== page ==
Want to tell me what to read? For more details, check this post.

29 responses to “Sadie Hawkins Sunday Review #10: The Essence”

  1. Yeah, I absolutely hated The Pledge and will be passing on this one as well. At least the mindfuck stuff is cool, but I cant abide cheesy romance AND awful worldbuilding, combined.

  2. meh, I wasn’t that fascinated ny The Pledge.. but I don’t think ill be reading this one anytime soon. Thanks for your honest review!
    – Farah @ MajiBookshelf

  3. Becca says:

    Oh wow, I haven’t seen many reviews for this. I think because The Pledge came out so long ago, you know? And it was already a ho-hum book so by the time this one came out, I really lost interest. Now there’s no way I’m going to pick it up if there’s little to be desired by the sequel.

  4. Kat Balcombe says:

    Ah yeah this series has no appeal to me at all. But Sever? Man I can’t wait until next Sunday *grabs popcorn in preparation*. Anonymous person has a great sense of humour 😉

  5. Kayla Beck says:

    Your Sever comment made me giggle. I still haven’t read Fever because I enjoyed Fever. I know it’ll get bad…

  6. Jessie says:

    I wasn’t impressed by the first book, but some of the ideas in it were interesting. The whole Sabara/Charlie thing mostly. I was curious to see how it was handled, but your review has convinced me I do not need to read this to see it.

    And I know what the line you quoted for was trying to do but all it did was make me laugh. Oh, YA romances. So cliche, all the time.

    I’ve never read Wither/Sever, but I own the first. Maybe one day…

    • Christina says:

      The Charlie/Sabara dynamic is by far the best, and perhaps only good, thing about this series. It does some cool things, but not enough to make the rest of it worthwhile. The Essence was really slow and The Pledge had vomit-inducing romance.

      Actually, though, the reason I chose that quote is that it’s Brooklynn talking to Charlie, so it’s not romance, it’s friendship.

      Bleh.

  7. Bookworm1858 says:

    Love your note about Sever-I didn’t think that’s something you’d want to read.

    Definitely agree about the random switch to the mole’s POV-I was kind of confused when that happened and utterly unprepared for it within the context of the story as presented up to that point.

  8. Soma Rostam says:

    Well, I love this Sadie Hawkins feature, it’s so unique and i have been hearing a lot about this book and its previous sequel. They sounds intriguing and I think this is the first almost-negative review of this book I have read
    GREAT review, though
    Your reader,
    Soma
    http://insomnia-of-books.blogspot.com/

    • Christina says:

      Thanks! I’ve enjoyed it too, even if I’ve not loved some of the picks. Most of my friends haven’t much cared for this series, but maybe you’ll like it.

  9. Nori says:

    Of course, I loved this book…However, I totally understand what you are saying about the main character’s bad thinking. She does kind of luck into things, doesn’t she? Like she luckily remembers her few queen lessons, as you said. And luckilly, people like her. I do like this author’s other series better. But if the romance bothers you in this one…I wouldn’t go there. I guess I just super loved the concept. And I loved the two characters in one thing and getting to know the bad guy thing.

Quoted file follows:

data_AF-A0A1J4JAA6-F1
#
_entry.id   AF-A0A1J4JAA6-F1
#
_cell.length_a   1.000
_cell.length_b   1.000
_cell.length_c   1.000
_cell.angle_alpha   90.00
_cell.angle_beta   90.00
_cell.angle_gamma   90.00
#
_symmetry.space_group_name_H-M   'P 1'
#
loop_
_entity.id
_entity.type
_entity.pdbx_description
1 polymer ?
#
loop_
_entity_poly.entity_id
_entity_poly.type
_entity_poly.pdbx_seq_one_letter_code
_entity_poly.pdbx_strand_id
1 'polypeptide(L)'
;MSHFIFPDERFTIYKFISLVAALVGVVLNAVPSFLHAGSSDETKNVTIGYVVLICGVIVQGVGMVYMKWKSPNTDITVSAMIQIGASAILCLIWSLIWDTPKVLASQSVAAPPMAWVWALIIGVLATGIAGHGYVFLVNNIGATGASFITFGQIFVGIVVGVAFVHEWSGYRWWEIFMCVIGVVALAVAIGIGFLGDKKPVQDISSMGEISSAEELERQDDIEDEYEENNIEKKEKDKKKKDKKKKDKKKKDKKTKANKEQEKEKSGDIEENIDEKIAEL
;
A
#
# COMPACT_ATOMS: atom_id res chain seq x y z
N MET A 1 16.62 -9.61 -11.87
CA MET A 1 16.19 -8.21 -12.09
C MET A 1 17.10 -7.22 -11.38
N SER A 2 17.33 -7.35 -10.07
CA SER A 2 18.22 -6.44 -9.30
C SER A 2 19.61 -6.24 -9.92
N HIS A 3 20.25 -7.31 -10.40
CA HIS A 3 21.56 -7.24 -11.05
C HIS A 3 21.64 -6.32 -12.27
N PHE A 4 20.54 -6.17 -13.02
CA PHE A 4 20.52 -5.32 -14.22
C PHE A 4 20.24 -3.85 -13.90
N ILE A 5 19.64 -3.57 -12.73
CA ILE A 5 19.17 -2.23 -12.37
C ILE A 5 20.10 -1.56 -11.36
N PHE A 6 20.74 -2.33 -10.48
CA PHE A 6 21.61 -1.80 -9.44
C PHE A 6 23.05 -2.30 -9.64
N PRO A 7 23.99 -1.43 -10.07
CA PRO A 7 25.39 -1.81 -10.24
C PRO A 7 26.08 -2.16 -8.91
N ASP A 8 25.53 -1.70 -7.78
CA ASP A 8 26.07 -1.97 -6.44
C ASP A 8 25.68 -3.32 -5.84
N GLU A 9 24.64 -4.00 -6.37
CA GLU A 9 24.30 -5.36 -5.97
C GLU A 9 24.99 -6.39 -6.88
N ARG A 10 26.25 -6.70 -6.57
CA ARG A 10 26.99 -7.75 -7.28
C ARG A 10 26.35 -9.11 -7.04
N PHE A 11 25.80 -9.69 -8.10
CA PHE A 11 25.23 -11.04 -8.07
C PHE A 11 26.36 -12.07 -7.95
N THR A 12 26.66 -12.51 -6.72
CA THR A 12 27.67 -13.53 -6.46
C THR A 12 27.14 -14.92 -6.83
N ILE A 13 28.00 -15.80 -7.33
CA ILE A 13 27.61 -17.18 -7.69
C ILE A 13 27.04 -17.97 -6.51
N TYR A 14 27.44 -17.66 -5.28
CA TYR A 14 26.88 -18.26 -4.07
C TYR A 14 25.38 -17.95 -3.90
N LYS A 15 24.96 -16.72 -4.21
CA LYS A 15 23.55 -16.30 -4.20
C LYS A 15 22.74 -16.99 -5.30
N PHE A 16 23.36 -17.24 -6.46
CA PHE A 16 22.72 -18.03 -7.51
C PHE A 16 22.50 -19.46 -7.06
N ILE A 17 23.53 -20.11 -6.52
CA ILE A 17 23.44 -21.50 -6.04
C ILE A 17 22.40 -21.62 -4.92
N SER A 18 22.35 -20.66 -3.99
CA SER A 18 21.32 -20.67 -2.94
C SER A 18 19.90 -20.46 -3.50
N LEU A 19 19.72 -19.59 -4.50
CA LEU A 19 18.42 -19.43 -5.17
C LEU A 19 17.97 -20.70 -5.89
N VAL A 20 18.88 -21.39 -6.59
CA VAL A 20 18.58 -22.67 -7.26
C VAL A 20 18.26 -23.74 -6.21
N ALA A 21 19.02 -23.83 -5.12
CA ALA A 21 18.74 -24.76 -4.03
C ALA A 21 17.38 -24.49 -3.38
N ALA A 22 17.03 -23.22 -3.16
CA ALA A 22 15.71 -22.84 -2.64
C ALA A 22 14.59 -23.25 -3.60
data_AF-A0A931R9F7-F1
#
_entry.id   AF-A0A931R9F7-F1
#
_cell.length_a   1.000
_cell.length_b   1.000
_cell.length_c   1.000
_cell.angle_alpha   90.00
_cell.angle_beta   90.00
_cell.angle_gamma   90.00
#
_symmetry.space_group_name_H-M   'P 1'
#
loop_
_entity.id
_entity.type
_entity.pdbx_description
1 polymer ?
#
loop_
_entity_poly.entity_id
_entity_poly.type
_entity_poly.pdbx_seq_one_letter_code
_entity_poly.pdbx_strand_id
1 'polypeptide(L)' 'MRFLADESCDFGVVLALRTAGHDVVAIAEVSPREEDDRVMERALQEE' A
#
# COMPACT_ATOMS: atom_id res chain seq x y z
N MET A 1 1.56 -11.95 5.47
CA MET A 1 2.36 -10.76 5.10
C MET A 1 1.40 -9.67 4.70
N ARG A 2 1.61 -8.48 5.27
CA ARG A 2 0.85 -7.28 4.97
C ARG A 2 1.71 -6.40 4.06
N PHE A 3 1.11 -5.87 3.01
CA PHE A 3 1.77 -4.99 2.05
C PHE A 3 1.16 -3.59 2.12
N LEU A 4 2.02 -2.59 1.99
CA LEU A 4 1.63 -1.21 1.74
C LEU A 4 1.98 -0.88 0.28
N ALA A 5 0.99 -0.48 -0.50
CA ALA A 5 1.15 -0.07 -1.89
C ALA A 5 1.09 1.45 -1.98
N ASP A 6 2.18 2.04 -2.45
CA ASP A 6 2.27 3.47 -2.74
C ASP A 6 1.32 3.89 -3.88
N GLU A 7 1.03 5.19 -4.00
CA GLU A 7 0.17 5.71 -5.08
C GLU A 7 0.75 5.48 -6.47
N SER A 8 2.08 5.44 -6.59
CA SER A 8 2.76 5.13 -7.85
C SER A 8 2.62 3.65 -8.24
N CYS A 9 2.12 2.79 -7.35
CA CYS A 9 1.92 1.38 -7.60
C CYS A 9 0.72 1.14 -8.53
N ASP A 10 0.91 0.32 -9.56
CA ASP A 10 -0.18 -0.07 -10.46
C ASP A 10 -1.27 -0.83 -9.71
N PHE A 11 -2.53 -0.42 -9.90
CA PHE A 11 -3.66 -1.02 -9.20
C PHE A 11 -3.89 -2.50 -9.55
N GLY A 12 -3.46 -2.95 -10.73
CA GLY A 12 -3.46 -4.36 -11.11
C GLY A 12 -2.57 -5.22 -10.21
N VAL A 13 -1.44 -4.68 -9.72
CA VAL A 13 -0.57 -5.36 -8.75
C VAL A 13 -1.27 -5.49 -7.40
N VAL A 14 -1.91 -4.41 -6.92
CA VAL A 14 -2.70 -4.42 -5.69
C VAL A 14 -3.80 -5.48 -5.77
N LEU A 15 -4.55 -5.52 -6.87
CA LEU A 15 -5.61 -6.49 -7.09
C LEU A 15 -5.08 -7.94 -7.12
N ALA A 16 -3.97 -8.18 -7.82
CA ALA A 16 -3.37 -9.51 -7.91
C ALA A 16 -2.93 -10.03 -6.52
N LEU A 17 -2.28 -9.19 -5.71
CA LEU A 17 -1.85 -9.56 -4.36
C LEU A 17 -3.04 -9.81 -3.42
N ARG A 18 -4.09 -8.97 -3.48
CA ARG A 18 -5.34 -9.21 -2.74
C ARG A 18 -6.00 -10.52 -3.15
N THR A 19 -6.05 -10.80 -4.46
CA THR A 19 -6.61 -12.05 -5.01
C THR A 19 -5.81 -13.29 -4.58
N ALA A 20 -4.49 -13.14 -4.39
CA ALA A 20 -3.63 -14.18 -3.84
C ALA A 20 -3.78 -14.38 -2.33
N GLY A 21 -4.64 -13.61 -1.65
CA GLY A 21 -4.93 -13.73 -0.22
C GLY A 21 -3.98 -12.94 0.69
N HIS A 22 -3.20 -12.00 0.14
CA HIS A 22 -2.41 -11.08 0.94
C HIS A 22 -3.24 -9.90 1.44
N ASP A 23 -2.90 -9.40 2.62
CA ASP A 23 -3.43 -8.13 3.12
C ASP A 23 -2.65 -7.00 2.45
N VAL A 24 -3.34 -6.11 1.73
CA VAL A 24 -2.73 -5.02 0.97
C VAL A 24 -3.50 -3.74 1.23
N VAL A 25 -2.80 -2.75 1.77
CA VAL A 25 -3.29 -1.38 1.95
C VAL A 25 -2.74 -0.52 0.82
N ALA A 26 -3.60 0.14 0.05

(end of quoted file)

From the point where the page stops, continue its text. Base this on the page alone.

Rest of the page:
• Christina says:

      Haha, oh Nori. We are not brain twins so far as fiction goes, it’s true. She lucks into everything. She would not survive for five minutes left to her own devices. She is the quintessential special snowflake. Sabara’s the only thing that makes her interesting.

  10. I like your Sadie Hawkins feature, but I dunno. I would dig in my heels before reading anything that was described as “after the luminous conclusion of…” 🙁

    Have you had any Sadie reads that you’ve loved so far? Thus far I’ve mostly seen Torture Christina books. It’s cruel and must be stopped!

    Wendy @ The Midnight Garden

    • Christina says:

      Bahahaha, oh, Wendy. Let me think about that. Most of them have been torture books so far. There are good ones on the list, but I think random.org has it out for me.

      Actually, I just looked back through the ones I’ve done so far and most of them were good books, but the bad ones just stick with the memory. Haha. For example, Earth Girl was awesome and I read a Courtney Summers book, too. But, by all means, add some more good ones to the queue. 😉

  11. Kelly says:

    The interplay between Charlie and Sabara is fascinating, and it’s the sort of mindfuckery that I appreciate greatly.

    This bit alone makes me want to give The Essence a shot. Like you, I really disliked The Pledge, mostly due to the ridiculous worldbuilding and awful romance. Seeing that one has not improved, and the other has been mostly ignored makes me think that maybe I might like this one more.

    But I’m also not going to run out and buy a copy today. Maybe if I stumble across it on the discount shelf someday!